3. PUC extends the grandfathering period by 20 years: In this best-case scenario, the lease/PPA companies are somewhat protected in the initial 20-year term, and will have the market to monetize these assets. However, note that the renewal component of retained value should be dropped down to "0" in this scenario. Note, also, that this only covers the first 20 years of SolarCity's 30-year MyPower product.

Even in the most positive scenario highlighted in 3, readers should realize that this is a very transient win, and a future PUCs and government, with all their rulemaking powers, can change the rules substantially to the detriment of the net metered customers. Legacy customers will still be subject to revised tariffs, increased fixed charges, and other charges that can make the systems uneconomical well before even the 20-year grandfathered term.

At the end of the day, there is no amount of lobbying SolarCity and Sunrun can do fix the fundamental regulatory dependence of residential solar:

  1. Residential solar, for at least the next decade or two, will have to rely on the utility grid. Batteries will neither have the capability nor the cost structure to meaningfully change this dynamic. As long as solar users need the grid, they will have to pay for the use. Governments, PUCs, and utilities will not let solar users ride on the backs of non-solar users.
  2. Excessive growth in uneconomic rooftop solar deployment will lead to stranding of other cost-effective utility-scale assets. This, again, increases the cost of power to non-solar ratepayers, and is a dynamic that will not be tolerated by utilities and PUCs in the long term.
  3. Given the high fixed cost nature of the grid, allowing net metering means the high fixed costs to serve the solar users will have to be allocated to apartment dwellers and others who do not have an opportunity or resources to tap into rooftop solar. Once the realization sets in, fiscally conservative organizations as well as consumer advocates will be working against net metering and grandfathering, instead of arguing for them.

These factors mean that the death of net metering and grandfathering will occur sooner than later, regardless of the current decision.

In other words, in spite of the specifics of what is likely to be approved on February 8th, the business model of the lease/PPA companies remains broken. Any reprieve the lease/PPA companies are likely to get from this ruling is ephemeral and will be overwhelmed with other negative developments in future.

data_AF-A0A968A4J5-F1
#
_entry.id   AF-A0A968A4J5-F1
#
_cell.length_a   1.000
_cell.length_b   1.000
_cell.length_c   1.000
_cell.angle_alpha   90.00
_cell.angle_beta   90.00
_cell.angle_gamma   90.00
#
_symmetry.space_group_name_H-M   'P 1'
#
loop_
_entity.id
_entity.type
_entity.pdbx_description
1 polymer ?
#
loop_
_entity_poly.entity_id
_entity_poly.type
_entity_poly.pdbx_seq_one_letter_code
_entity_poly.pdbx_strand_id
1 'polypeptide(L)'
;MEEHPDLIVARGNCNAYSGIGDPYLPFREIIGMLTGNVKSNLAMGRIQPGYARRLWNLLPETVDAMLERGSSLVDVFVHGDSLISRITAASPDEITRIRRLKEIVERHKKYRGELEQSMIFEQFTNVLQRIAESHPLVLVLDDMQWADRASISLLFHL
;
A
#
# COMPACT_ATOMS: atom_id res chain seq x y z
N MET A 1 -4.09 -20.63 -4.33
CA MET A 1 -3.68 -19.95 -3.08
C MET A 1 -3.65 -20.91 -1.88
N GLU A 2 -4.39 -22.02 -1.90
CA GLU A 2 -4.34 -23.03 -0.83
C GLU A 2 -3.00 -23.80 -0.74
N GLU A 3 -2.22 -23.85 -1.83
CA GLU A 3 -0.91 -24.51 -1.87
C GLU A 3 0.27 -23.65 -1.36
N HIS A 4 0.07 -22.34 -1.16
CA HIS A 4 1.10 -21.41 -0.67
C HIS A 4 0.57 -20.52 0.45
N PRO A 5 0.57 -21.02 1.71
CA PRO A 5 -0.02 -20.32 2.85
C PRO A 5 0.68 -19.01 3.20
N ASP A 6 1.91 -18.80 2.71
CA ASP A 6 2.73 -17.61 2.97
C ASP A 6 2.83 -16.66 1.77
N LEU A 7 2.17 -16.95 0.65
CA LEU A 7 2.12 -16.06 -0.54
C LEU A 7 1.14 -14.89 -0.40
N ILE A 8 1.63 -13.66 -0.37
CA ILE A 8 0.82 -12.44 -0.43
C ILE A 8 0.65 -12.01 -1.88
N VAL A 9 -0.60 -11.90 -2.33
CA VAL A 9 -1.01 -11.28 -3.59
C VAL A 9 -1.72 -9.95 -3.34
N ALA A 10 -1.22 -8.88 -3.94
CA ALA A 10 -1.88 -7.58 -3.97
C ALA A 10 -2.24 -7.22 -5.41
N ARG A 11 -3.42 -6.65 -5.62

By lobbying hard to maintain their broken business models, SolarCity, Sunrun, and their peers are only burning a significant amount of shareholder wealth on ephemeral fixes that will have no long-term bearing on their value generation. In the short term, investors can expect increasing lobbying and other costs as these companies desperately aim to win a few short-term battles.

From the perspective on NV Energy and other utilities who are on the other side of this debate, the lesson here is that it is dangerous to let customers and installers get used to subsidies like net metering. Once this or any other subsidy is given, it becomes highly politically contentious to take it back.

A stark choice for regulators and utilities would be to cut off the subsidies early or suffer the long-term consequences of bad regulations. In this context, it would be interesting to see how, and if, California regulators will deliver their final net metering decision on Thursday.

While California decision will have significant short-term consequences to all involved, there should be no doubt that the business models of SolarCity, Sunrun, and similar residential lease/PPA vendors have negative value generation, have done considerable harm to customers and the society, and will do significant harm to investors who choose to believe the flawed narrative of the managements.

Our view of value of SolarCity and Sunrun: 0

Disclosure: I/we have no positions in any stocks mentioned, and no plans to initiate any positions within the next 72 hours.

I wrote this article myself, and it expresses my own opinions. I am not receiving compensation for it (other than from Seeking Alpha). I have no business relationship with any company whose stock is mentioned in this article.